Over the past few years there's been a lot of talk about succession plans and transfer of institutional memory and so forth. And the part that isn't about the potential for new hires and upward mobility is usually about how to preserve the institutional memory, how not to lose what was in that person's head when they leave a job they held for 30 years.
[delete rant about information professionals who don't document their institutional knowledge for those that follow here since it's not fair to a lot of them who make a point of doing this.]
But there's a flip side that I'm not sure is getting much discussion, or at least not in professional venues. Perhaps over drinks, late at night, in darkened bars where there's not much chance of being overheard...
What to do with the retiree that just won't let go?
I'm seeing this happen a lot in a lot of institutions around me of late. And since I don't know what to tell the people at those institutions, I've instead I'm writing my future self a letter of advice as to what I will do when I leave this institution. I think I've been pretty successful at following this advice when leaving other jobs, but the memory is going, so getting it documented as a personal reminder isn't such a bad thing.
Dear Attila of Retirement Age:
The times, they are a-changing. It's not necessarily a personal attack on your career if your successor mixes things up, can't continue things the same way. Your career and achievements exist whether or not the product of them still does.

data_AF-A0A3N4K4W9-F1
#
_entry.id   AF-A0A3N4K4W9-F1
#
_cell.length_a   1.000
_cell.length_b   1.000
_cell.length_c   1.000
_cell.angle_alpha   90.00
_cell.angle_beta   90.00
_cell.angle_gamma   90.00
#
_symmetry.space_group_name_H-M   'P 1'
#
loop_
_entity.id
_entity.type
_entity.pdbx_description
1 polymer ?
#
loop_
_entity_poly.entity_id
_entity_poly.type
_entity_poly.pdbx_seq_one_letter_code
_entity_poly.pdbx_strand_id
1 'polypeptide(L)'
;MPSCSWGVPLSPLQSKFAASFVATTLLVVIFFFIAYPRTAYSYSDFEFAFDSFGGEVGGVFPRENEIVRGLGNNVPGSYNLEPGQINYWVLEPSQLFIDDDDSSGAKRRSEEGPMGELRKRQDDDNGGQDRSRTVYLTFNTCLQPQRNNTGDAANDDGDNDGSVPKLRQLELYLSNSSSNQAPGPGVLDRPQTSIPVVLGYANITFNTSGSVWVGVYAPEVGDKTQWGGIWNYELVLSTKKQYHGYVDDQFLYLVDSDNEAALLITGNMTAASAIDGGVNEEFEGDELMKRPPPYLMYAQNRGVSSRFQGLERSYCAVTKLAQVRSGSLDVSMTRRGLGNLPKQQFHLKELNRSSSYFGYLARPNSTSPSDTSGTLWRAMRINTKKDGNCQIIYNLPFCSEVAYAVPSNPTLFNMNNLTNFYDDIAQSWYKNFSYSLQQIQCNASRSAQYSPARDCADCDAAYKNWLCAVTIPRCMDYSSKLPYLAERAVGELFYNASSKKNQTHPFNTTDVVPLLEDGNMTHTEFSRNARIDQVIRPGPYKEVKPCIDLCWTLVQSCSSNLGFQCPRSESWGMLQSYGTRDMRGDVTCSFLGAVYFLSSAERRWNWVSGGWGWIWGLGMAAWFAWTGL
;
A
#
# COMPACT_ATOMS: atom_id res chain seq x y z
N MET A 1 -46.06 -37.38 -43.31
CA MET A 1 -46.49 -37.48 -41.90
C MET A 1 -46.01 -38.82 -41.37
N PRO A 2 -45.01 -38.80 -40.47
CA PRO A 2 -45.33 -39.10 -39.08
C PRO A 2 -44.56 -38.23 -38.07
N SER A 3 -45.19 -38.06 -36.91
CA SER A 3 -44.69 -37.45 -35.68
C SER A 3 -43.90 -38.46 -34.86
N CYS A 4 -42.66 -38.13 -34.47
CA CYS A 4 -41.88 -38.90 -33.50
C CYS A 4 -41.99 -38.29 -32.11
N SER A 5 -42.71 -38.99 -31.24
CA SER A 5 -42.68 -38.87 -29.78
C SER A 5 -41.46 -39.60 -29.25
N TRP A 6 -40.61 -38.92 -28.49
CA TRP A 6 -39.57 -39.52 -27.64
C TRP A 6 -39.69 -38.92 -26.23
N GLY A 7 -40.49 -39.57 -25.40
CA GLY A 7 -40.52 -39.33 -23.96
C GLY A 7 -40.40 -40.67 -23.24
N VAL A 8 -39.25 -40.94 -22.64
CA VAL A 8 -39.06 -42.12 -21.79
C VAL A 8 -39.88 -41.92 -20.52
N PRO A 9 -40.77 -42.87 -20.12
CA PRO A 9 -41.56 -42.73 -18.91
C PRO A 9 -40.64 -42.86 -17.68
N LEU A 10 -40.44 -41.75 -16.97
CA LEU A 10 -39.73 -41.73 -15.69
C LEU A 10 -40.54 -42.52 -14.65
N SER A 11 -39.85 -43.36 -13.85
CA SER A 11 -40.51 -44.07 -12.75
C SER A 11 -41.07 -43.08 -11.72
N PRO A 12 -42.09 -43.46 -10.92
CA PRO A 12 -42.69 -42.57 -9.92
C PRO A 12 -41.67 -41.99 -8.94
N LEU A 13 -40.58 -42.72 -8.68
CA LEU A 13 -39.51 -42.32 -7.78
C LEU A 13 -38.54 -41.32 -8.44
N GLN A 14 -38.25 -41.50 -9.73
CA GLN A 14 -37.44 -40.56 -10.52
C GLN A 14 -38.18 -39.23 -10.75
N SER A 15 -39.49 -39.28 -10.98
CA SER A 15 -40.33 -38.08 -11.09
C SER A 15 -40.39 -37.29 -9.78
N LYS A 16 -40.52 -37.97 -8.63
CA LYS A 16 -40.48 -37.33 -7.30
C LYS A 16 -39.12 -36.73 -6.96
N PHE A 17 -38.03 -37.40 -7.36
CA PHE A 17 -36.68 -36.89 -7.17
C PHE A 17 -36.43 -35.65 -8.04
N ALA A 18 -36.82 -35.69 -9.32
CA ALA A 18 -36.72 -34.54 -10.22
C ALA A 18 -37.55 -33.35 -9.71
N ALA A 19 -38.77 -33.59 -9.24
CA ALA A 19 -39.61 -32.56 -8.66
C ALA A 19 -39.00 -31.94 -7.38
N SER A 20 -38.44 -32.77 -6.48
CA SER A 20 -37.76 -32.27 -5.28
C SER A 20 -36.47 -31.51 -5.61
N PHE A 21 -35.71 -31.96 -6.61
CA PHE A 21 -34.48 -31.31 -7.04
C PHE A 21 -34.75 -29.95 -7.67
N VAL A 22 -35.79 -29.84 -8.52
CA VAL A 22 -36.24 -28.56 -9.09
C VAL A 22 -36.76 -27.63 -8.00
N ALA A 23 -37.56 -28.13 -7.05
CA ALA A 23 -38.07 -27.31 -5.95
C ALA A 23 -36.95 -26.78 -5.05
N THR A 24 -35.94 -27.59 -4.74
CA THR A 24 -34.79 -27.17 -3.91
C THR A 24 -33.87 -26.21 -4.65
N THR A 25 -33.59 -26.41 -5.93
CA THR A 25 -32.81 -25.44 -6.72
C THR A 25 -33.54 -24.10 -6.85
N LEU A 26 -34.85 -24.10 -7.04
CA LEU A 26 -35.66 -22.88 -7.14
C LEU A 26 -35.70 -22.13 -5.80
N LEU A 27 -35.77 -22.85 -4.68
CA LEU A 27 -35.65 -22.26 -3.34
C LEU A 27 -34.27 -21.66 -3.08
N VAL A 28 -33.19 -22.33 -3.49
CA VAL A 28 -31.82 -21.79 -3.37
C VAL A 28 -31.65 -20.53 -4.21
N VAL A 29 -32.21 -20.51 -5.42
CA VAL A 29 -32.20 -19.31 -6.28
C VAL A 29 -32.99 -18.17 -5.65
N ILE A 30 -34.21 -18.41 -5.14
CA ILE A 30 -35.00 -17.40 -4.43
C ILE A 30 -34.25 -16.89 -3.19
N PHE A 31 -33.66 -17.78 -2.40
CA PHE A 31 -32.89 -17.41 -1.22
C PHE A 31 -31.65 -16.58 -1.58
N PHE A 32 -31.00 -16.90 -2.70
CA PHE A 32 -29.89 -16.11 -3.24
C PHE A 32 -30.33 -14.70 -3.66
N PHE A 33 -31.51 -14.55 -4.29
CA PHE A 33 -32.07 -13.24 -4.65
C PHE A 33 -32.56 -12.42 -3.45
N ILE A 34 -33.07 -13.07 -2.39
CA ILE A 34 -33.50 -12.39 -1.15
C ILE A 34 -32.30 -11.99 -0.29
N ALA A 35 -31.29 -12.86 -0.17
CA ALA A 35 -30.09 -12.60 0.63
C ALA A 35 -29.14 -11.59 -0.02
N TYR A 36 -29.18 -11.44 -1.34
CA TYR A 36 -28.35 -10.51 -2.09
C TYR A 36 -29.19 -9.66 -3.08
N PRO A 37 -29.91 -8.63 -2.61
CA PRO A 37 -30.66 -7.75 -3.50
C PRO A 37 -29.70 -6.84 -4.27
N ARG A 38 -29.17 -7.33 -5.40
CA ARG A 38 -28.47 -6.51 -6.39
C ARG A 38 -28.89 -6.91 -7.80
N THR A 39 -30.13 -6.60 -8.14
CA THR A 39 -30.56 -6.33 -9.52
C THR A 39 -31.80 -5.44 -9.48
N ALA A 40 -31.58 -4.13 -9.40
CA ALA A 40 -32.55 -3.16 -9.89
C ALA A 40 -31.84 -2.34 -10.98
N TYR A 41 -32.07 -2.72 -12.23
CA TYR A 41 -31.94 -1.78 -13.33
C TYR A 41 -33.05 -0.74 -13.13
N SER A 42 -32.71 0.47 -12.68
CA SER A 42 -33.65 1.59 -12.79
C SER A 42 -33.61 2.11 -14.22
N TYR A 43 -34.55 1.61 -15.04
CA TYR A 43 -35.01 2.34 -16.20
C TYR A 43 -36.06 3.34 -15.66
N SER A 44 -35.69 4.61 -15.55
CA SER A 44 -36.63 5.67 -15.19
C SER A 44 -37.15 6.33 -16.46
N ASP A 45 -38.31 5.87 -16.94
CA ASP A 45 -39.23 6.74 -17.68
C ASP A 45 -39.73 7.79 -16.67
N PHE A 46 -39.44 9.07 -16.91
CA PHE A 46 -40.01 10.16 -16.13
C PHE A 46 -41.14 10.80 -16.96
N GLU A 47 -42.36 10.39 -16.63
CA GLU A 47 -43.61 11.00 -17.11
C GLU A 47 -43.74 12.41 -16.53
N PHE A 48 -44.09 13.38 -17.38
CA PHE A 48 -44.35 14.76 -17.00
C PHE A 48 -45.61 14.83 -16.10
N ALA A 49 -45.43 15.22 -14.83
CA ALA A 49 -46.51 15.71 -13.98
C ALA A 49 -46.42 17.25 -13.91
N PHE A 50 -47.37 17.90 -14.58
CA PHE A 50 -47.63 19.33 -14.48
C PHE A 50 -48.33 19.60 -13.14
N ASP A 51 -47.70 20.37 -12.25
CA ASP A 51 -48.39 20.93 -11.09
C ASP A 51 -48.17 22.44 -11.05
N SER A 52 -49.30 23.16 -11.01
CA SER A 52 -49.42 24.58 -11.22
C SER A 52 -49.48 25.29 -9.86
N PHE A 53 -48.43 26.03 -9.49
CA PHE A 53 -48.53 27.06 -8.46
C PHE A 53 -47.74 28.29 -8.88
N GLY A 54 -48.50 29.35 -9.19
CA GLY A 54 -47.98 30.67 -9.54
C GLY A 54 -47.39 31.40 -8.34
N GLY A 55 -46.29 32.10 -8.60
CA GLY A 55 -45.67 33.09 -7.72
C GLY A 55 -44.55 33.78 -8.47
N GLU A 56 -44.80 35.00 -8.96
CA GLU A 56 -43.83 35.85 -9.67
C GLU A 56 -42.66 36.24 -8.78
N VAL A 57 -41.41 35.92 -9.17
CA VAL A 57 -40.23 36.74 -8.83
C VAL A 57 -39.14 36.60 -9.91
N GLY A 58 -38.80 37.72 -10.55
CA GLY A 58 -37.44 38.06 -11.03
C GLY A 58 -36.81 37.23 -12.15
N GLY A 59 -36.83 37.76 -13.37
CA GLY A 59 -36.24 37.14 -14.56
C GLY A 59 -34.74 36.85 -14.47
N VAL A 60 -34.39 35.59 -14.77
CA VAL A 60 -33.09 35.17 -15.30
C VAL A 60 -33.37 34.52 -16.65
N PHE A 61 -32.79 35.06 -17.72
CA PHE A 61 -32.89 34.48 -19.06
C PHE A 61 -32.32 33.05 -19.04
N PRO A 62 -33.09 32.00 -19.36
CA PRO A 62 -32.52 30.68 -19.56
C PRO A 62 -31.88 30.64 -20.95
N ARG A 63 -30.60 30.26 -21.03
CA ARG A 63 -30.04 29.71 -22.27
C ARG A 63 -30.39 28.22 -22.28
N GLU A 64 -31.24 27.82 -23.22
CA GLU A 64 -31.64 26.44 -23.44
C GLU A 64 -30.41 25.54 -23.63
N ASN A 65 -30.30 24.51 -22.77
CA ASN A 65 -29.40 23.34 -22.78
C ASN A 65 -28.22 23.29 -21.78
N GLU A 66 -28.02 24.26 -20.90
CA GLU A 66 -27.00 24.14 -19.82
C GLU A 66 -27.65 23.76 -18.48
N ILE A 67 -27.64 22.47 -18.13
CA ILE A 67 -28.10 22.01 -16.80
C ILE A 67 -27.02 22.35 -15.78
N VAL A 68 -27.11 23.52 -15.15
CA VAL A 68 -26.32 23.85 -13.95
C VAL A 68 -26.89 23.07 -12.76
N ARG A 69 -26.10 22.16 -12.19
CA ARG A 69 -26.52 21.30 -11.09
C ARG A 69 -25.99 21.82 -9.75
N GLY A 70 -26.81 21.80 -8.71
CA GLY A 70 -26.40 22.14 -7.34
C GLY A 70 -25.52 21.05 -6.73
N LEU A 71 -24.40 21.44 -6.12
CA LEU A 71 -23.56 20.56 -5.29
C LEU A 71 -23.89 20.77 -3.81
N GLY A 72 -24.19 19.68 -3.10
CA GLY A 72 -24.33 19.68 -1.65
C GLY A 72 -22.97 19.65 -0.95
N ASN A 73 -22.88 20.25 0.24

You may not be privy to the discussions where their boss tells them that "hey, guess what, the mission of the institution just changed and you need to spend more time doing this thing over there." It's arrogant of you to assume that things can never change, that the way you did it was perfect and not to be improved upon. Remember that time when, well, no details necessary... Remember how long it took to fix that mistake? What a pain that was? Yeah, you didn't do everything perfect at every step. Everybody should be allowed to make their own mistakes: it might have sucked fixing it, but wasn't that about the best learning experience ever?
You may not be aware that their budget just got cut by a huge percentage and in order to survive at all, they're having to rethink absolutely every process in the place.
And guess what? Maybe some of it is a personal attack on the way you did things. Maybe they weren't the right things to do, but you were blind to certain needs of your organization and now your successor has to do things very differently. Maybe that grandiose structure, that cadre of processes, that perfect program that you built wasn't really what anybody around you wanted and wasn't sustainable. If it is a rejection of your work, even more reason to walk away before your successor pulls out the staple gun and aims it your way.
Here's some quick affirmations you will repeat til they are engraved into your brain, Attila:
- If I can't say anything nice publicly about my successor, I won't say anything at all. (Reserving, of course, the right to provide warnings directly to employees in case the building is about to explode and people are about to be physically injured.)
- I will be available to anybody from the institution who needs whatever information I might be able to provide.
- This institution allowed me to have the fun and fulfilling career I've had, to meet many of the friends I have, to develop whatever modicum of professional respect my career has engendered. Those wonderful consulting jobs I can take now that I'm retired? They're built on my employment at this institution.